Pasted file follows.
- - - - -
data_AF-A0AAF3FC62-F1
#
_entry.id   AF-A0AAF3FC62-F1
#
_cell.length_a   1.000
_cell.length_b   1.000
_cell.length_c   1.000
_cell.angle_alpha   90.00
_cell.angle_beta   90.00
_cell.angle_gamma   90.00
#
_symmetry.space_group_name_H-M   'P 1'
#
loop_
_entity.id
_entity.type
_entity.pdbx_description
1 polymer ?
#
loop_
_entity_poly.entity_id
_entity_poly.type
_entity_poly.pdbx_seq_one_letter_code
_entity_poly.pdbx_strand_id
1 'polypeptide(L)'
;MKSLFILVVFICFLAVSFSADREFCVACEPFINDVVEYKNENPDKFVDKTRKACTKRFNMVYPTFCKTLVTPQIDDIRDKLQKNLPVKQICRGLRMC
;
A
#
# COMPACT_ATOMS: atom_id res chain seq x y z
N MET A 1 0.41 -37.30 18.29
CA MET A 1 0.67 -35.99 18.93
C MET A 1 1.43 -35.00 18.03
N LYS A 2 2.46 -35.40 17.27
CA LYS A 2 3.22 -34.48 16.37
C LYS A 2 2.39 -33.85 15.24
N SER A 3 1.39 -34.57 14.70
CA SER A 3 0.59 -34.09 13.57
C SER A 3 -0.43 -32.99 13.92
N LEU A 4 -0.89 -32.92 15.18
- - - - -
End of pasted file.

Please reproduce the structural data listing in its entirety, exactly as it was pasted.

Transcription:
data_AF-A0AAF3FC62-F1
#
_entry.id   AF-A0AAF3FC62-F1
#
_cell.length_a   1.000
_cell.length_b   1.000
_cell.length_c   1.000
_cell.angle_alpha   90.00
_cell.angle_beta   90.00
_cell.angle_gamma   90.00
#
_symmetry.space_group_name_H-M   'P 1'
#
loop_
_entity.id
_entity.type
_entity.pdbx_description
1 polymer ?
#
loop_
_entity_poly.entity_id
_entity_poly.type
_entity_poly.pdbx_seq_one_letter_code
_entity_poly.pdbx_strand_id
1 'polypeptide(L)'
;MKSLFILVVFICFLAVSFSADREFCVACEPFINDVVEYKNENPDKFVDKTRKACTKRFNMVYPTFCKTLVTPQIDDIRDKLQKNLPVKQICRGLRMC
;
A
#
# COMPACT_ATOMS: atom_id res chain seq x y z
N MET A 1 0.41 -37.30 18.29
CA MET A 1 0.67 -35.99 18.93
C MET A 1 1.43 -35.00 18.03
N LYS A 2 2.46 -35.40 17.27
CA LYS A 2 3.22 -34.48 16.37
C LYS A 2 2.39 -33.85 15.24
N SER A 3 1.39 -34.57 14.70
CA SER A 3 0.59 -34.09 13.57
C SER A 3 -0.43 -32.99 13.92
N LEU A 4 -0.89 -32.92 15.18